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Adding turmeric to dishes or drinking turmeric tea could have considerable benefits on mental wellness. Turmeric is a popular natural health choice, and recently, researchers from UCLA found a combination of vitamin D3 and turmeric can reduce brain plaque associated with Alzheimer's disease. However, this research took place in a laboratory using human immune cells rather than live humans. More research is needed to confirm these findings. Still, turmeric is a tasty way to spice up dishes while, possibly, getting health benefits.

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Fatty Fish

Research shows fish high in omega-3 fatty acids -- such as mackerel, sardines, and salmon -- may play a role in preventing Alzheimer's. Omega-3s and omega-6s are well-recognized in the field of brain health, so it is not too surprising that consuming around eight ounces per week could improve brain function.

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Numerous animal studies showcase cinnamon's ability to improve memory and cognitive functioning and reduce the build-up of a protein plaque associated with Alzheimer's disease. Cinnamon seems to have such healing potential that even its scent can improve memory, though you must ingest it to enjoy its anti-inflammatory benefits.

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Other Vegetables

Vegetables are an essential component of the MIND diet, so it is not surprising that eating an abundance of them correlates to brain health. Studies link greater consumption of flavonoids, natural compounds in some fruits and vegetables, with a lower risk of Alzheimer's disease. Good vegetable sources of flavonols include onions, kale, romaine lettuce, cabbage, and tomatoes.

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Olive Oil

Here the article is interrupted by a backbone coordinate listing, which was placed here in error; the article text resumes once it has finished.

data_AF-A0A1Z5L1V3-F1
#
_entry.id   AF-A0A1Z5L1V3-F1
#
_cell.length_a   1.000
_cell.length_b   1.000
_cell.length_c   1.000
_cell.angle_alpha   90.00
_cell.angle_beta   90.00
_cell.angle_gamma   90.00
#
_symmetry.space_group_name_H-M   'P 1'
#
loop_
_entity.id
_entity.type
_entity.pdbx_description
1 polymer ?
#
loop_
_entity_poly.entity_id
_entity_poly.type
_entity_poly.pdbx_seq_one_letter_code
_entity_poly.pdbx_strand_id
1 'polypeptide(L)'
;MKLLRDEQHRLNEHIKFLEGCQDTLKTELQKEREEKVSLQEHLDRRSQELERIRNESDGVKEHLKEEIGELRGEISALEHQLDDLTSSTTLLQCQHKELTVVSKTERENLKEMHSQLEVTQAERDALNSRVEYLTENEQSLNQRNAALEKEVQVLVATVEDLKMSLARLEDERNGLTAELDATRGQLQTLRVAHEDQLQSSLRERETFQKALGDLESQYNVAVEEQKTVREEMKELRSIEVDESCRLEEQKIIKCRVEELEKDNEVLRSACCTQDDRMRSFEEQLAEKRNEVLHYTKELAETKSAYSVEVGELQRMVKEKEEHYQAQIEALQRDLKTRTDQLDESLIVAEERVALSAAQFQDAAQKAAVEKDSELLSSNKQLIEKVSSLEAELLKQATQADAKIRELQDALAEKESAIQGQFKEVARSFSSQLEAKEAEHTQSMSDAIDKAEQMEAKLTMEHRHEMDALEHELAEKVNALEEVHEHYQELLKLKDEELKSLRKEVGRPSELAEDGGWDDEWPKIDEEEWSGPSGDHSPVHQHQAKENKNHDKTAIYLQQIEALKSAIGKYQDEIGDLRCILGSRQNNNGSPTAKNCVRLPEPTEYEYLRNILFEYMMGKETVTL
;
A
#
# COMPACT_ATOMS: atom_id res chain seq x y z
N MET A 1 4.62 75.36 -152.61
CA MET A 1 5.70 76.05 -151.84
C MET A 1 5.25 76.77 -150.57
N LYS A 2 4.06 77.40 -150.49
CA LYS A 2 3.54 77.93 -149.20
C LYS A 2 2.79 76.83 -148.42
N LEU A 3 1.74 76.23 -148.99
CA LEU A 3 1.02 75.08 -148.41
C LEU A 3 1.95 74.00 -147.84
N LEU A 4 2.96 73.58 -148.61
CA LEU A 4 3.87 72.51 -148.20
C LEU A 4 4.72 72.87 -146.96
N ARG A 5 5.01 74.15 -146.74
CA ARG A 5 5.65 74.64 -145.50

Extra-virgin olive oil, a cornerstone of the Mediterranean diet, is lauded for its heart-healthy fats because it contains anti-inflammatory and antioxidant compounds. Its benefits extend beyond cardiovascular health, touching on the realm of cognitive function and brain health. Rich in monounsaturated fats, olive oil is thought to reduce inflammation and oxidative stress in the brain, potentially lowering the risk of Alzheimer's disease. Drizzling olive oil over salads or using it in cooking can be an easy and delicious way to incorporate this brain-boosting food into your daily regimen.

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Whole grains

Whole grains, such as oats, quinoa, and brown rice, provide a steady supply of glucose, the brain's preferred energy source. Consuming whole grains with a low glycemic index can help maintain stable blood sugar levels, ensuring a constant energy supply to the brain and supporting cognitive function. These nutrient-dense foods are also rich in B vitamins, which play a vital role in brain health and may help decrease by reducing. High levels of these have been linked to an increased risk of Alzheimer's disease. Integrating whole grains into your meals can be a simple yet effective strategy for nurturing brain health.

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Spices and Herbs

Spices like cinnamon and sage not only enhance the flavor of dishes but also come with cognitive benefits. Cinnamon has been shown to improve memory and cognitive processing, and it may help reduce the risk of Alzheimer's disease. It works by decreasing inflammation, improving insulin sensitivity, and by inhibiting the buildup of tau protein in the brain. Sage, on the other hand, has been associated with improvements in memory recall and attention. These spices represent an easy and aromatic way to boost cognitive health, suggesting that a little dash can go a long way in supporting brain function.